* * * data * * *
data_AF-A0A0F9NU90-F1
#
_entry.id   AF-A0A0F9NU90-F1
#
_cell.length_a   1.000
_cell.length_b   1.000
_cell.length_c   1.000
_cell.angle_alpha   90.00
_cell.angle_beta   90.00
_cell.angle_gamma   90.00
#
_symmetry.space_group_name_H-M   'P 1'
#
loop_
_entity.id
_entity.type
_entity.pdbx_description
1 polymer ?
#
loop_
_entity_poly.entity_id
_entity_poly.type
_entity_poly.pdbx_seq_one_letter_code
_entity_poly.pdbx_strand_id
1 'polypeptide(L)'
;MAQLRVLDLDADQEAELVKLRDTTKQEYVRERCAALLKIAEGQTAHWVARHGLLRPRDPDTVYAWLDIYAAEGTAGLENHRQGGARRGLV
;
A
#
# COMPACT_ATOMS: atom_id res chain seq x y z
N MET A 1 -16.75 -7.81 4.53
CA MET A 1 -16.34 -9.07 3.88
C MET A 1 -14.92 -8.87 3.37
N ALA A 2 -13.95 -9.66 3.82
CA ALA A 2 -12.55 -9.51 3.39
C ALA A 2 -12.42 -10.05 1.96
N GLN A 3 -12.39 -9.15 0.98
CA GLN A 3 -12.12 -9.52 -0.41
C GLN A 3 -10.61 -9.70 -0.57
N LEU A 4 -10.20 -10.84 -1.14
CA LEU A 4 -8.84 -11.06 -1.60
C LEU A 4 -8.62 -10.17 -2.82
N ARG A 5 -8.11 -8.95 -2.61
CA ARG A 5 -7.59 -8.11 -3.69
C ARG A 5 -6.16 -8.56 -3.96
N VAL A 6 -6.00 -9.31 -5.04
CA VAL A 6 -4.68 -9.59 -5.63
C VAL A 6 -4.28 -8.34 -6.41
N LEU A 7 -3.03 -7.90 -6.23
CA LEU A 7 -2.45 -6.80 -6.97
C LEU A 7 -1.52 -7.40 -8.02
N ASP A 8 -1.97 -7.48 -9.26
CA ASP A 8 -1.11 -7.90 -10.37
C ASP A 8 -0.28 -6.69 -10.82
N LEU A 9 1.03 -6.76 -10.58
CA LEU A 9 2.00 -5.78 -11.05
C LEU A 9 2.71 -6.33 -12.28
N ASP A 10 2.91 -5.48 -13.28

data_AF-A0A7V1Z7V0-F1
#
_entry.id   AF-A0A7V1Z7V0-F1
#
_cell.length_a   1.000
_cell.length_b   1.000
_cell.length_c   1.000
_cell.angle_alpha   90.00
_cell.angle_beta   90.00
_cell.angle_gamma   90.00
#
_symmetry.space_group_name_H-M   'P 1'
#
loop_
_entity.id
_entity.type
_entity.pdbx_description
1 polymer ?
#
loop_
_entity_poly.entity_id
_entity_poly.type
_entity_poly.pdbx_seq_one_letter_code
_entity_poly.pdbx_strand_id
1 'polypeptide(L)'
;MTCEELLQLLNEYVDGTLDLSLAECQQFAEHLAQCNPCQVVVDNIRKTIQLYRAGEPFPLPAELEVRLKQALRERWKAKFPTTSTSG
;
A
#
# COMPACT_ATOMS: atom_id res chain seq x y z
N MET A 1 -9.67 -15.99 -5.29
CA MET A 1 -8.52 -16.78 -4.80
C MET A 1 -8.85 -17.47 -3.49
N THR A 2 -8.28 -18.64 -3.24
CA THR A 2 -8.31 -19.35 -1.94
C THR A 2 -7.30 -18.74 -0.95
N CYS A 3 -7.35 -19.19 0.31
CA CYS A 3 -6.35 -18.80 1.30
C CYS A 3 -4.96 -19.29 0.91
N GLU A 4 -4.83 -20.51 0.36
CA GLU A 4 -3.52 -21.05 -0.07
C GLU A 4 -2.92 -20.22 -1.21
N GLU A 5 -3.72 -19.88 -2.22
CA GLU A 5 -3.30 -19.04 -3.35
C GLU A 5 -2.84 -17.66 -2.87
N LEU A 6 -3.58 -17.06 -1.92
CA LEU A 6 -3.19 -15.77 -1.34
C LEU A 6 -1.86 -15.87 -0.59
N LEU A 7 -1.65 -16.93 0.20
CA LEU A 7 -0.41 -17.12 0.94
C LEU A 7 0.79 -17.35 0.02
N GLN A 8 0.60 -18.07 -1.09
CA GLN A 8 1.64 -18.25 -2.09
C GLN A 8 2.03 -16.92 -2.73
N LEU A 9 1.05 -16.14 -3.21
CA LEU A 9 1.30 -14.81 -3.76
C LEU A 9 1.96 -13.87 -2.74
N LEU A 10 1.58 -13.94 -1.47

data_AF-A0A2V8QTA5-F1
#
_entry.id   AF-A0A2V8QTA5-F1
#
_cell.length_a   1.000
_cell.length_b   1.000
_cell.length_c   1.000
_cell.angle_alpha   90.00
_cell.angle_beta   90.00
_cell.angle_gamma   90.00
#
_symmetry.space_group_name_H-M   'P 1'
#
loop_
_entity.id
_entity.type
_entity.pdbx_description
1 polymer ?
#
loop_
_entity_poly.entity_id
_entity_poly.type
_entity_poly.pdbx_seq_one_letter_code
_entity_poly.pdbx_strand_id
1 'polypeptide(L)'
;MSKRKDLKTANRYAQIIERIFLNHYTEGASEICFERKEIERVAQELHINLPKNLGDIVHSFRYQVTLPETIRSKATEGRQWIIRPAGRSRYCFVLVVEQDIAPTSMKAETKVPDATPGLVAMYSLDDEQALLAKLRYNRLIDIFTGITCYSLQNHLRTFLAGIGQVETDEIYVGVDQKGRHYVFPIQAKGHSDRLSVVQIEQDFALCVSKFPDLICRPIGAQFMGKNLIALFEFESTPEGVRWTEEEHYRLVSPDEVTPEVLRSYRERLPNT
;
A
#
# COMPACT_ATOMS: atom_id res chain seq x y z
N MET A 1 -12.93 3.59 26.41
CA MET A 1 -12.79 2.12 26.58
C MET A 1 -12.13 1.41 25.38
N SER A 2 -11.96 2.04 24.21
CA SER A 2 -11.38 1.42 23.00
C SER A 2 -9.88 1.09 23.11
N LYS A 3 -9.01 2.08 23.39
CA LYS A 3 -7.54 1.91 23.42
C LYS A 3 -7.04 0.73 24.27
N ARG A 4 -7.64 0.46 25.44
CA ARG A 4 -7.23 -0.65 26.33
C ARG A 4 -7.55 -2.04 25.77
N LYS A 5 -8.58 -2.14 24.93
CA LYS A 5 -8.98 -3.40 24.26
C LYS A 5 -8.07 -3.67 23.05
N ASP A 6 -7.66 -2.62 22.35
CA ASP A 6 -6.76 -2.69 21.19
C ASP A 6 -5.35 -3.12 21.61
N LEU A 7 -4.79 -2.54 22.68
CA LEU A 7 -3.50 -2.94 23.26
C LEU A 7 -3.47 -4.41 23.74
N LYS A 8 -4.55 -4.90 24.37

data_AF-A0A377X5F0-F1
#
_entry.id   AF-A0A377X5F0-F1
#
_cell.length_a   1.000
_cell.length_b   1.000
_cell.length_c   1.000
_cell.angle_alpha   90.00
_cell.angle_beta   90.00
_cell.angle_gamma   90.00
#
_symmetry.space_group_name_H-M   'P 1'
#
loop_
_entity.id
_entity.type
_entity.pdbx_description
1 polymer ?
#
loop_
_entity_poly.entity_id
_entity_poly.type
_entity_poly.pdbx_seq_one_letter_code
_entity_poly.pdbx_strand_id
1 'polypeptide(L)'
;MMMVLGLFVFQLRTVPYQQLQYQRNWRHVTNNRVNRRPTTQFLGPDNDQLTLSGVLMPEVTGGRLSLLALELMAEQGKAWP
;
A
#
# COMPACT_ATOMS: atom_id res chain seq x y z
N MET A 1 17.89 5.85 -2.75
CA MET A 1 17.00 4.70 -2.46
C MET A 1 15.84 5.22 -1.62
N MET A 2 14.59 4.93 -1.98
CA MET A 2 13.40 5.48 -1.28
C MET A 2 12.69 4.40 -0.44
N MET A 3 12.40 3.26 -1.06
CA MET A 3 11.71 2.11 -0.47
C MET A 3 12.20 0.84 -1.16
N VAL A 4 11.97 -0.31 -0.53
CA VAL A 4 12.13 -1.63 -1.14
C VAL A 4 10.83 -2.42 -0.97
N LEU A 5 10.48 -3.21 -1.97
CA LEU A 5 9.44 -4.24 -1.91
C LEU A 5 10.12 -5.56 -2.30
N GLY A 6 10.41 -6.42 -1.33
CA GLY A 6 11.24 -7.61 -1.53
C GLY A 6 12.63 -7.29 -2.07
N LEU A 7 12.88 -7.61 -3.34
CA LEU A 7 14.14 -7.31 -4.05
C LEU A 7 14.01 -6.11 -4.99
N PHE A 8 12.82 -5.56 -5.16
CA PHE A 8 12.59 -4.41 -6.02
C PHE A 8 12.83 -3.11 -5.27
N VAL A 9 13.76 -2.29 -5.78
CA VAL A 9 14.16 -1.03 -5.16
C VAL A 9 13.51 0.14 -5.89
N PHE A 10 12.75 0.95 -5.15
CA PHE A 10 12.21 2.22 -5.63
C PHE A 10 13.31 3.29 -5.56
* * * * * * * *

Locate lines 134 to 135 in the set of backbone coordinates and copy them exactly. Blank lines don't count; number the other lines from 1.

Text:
1 polymer ?
#